|All content taken from The O'Reilly Factor on Fox News Channel. Each weeknight by 6 PM EST a preview of that evening's show will be posted and then updated with additional information the following weekday by noon EST.
|Guests: Fox News military analyst Col. David Hunt & Fox News analyst Dan Senor|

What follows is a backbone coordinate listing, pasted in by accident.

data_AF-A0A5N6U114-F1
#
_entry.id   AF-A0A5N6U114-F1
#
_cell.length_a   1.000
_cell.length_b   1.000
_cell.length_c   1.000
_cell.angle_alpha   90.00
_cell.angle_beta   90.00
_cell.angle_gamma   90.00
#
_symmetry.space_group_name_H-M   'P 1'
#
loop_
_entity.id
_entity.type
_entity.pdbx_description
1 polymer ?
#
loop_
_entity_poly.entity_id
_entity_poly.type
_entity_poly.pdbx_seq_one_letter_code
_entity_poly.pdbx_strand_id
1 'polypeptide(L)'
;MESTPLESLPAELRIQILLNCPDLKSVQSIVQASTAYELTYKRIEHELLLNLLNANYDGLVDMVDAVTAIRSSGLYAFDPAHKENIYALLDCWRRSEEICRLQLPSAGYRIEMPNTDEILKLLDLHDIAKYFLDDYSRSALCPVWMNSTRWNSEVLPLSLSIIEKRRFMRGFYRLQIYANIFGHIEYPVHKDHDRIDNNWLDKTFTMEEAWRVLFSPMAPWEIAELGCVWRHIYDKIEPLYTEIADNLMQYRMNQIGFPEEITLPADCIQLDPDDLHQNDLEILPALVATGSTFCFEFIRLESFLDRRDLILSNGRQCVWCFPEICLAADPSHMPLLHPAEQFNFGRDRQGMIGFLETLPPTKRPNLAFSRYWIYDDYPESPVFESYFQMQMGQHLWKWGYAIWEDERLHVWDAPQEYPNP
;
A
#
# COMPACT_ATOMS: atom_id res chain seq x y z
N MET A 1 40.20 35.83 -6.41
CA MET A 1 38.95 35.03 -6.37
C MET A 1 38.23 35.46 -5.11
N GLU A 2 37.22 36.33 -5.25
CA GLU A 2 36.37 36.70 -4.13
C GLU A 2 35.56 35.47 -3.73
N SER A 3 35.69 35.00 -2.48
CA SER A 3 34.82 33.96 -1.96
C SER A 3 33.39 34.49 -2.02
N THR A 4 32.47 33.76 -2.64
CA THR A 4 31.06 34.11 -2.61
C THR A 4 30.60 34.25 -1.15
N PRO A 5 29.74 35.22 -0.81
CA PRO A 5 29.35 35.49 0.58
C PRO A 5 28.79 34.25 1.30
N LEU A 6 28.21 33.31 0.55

"One hour from now, President Bush will explain his new strategy in Iraq: about 20,000 more U.S. troops to stabilize Baghdad and a timetable for the Iraqi government to defend the country itself. Will it work? The odds are against it, but it's possible. Once again, a stabilized Iraq fighting against terror would benefit the USA and the world, no question. But the media now has a vested interest in seeing the Iraq campaign fail. No question about that either. Most newspaper editorials hammered Mr. Bush this morning. And the TV verbiage was the same way. So "Talking Points" believes no matter what President Bush does, and no matter what actually happens in Iraq, many in the press will spin negative no matter what. Now there are two reasons for this. Criticism of the Iraq War has been so intense, that the press cannot turn back now. The anti-Bush people would never admit they were wrong if things do improve. And most of the media wants to see a Democrat elected president in 2008. They certainly don't want to see a hawk like John McCain get in. So expect the negativity to continue. But it would be a mistake, a mistake to believe that the press has caused the debacle in Iraq. That is not true. The Bush administration overestimated the Iraqi commitment to democracy and underestimated Iran's ability to cause chaos in that country. Those were the two major mistakes in the Iraq campaign. And the press had nothing to do with them. However at this point, you should no longer expect to get an objective view of the Iraq situation. It simply will not happen. I say give the effort one more chance in Iraq. But if there's no improvement by summer, it is over."